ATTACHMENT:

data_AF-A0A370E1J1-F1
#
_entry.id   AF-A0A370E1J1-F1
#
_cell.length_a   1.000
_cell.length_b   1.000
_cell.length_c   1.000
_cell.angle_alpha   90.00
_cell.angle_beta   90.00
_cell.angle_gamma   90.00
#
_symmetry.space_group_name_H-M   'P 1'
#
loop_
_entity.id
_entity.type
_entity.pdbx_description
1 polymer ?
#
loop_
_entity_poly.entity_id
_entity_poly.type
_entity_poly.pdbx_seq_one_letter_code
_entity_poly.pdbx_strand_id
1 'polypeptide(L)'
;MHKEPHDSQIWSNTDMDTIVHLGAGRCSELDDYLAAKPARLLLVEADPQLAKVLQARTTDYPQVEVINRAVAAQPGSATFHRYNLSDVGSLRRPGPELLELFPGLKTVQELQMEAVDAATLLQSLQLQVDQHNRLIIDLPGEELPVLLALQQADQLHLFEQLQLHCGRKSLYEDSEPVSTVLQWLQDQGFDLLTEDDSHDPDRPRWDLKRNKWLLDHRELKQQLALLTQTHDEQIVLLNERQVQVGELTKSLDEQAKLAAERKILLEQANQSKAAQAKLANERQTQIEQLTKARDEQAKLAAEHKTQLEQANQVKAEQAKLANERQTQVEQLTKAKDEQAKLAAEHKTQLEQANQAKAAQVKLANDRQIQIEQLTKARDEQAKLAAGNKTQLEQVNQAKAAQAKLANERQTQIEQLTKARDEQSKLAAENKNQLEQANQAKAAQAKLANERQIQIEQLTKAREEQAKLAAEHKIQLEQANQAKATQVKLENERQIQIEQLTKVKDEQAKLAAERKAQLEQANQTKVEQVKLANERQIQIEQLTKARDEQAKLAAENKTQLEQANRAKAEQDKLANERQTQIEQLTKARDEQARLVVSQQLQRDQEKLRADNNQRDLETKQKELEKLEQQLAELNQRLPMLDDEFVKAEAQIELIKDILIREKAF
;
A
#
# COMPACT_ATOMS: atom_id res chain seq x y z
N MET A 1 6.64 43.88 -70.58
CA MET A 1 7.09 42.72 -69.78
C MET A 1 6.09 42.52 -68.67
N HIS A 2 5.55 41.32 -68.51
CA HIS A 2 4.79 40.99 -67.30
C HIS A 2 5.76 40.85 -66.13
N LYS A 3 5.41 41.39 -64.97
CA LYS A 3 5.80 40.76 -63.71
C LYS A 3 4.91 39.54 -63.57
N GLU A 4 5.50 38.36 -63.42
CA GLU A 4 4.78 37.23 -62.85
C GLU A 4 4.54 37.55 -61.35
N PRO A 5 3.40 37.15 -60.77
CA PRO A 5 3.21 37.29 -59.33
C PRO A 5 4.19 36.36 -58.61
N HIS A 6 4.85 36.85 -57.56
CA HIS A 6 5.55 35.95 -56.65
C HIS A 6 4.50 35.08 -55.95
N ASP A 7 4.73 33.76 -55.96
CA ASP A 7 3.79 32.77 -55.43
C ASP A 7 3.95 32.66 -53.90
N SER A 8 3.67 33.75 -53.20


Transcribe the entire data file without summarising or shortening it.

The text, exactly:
data_AF-A0A370E1J1-F1
#
_entry.id   AF-A0A370E1J1-F1
#
_cell.length_a   1.000
_cell.length_b   1.000
_cell.length_c   1.000
_cell.angle_alpha   90.00
_cell.angle_beta   90.00
_cell.angle_gamma   90.00
#
_symmetry.space_group_name_H-M   'P 1'
#
loop_
_entity.id
_entity.type
_entity.pdbx_description
1 polymer ?
#
loop_
_entity_poly.entity_id
_entity_poly.type
_entity_poly.pdbx_seq_one_letter_code
_entity_poly.pdbx_strand_id
1 'polypeptide(L)'
;MHKEPHDSQIWSNTDMDTIVHLGAGRCSELDDYLAAKPARLLLVEADPQLAKVLQARTTDYPQVEVINRAVAAQPGSATFHRYNLSDVGSLRRPGPELLELFPGLKTVQELQMEAVDAATLLQSLQLQVDQHNRLIIDLPGEELPVLLALQQADQLHLFEQLQLHCGRKSLYEDSEPVSTVLQWLQDQGFDLLTEDDSHDPDRPRWDLKRNKWLLDHRELKQQLALLTQTHDEQIVLLNERQVQVGELTKSLDEQAKLAAERKILLEQANQSKAAQAKLANERQTQIEQLTKARDEQAKLAAEHKTQLEQANQVKAEQAKLANERQTQVEQLTKAKDEQAKLAAEHKTQLEQANQAKAAQVKLANDRQIQIEQLTKARDEQAKLAAGNKTQLEQVNQAKAAQAKLANERQTQIEQLTKARDEQSKLAAENKNQLEQANQAKAAQAKLANERQIQIEQLTKAREEQAKLAAEHKIQLEQANQAKATQVKLENERQIQIEQLTKVKDEQAKLAAERKAQLEQANQTKVEQVKLANERQIQIEQLTKARDEQAKLAAENKTQLEQANRAKAEQDKLANERQTQIEQLTKARDEQARLVVSQQLQRDQEKLRADNNQRDLETKQKELEKLEQQLAELNQRLPMLDDEFVKAEAQIELIKDILIREKAF
;
A
#
# COMPACT_ATOMS: atom_id res chain seq x y z
N MET A 1 6.64 43.88 -70.58
CA MET A 1 7.09 42.72 -69.78
C MET A 1 6.09 42.52 -68.67
N HIS A 2 5.55 41.32 -68.51
CA HIS A 2 4.79 40.99 -67.30
C HIS A 2 5.76 40.85 -66.13
N LYS A 3 5.41 41.39 -64.97
CA LYS A 3 5.80 40.76 -63.71
C LYS A 3 4.91 39.54 -63.57
N GLU A 4 5.50 38.36 -63.42
CA GLU A 4 4.78 37.23 -62.85
C GLU A 4 4.54 37.55 -61.35
N PRO A 5 3.40 37.15 -60.77
CA PRO A 5 3.21 37.29 -59.33
C PRO A 5 4.19 36.36 -58.61
N HIS A 6 4.85 36.85 -57.56
CA HIS A 6 5.55 35.95 -56.65
C HIS A 6 4.50 35.08 -55.95
N ASP A 7 4.73 33.76 -55.96
CA ASP A 7 3.79 32.77 -55.43
C ASP A 7 3.95 32.66 -53.90
N SER A 8 3.67 33.75 -53.20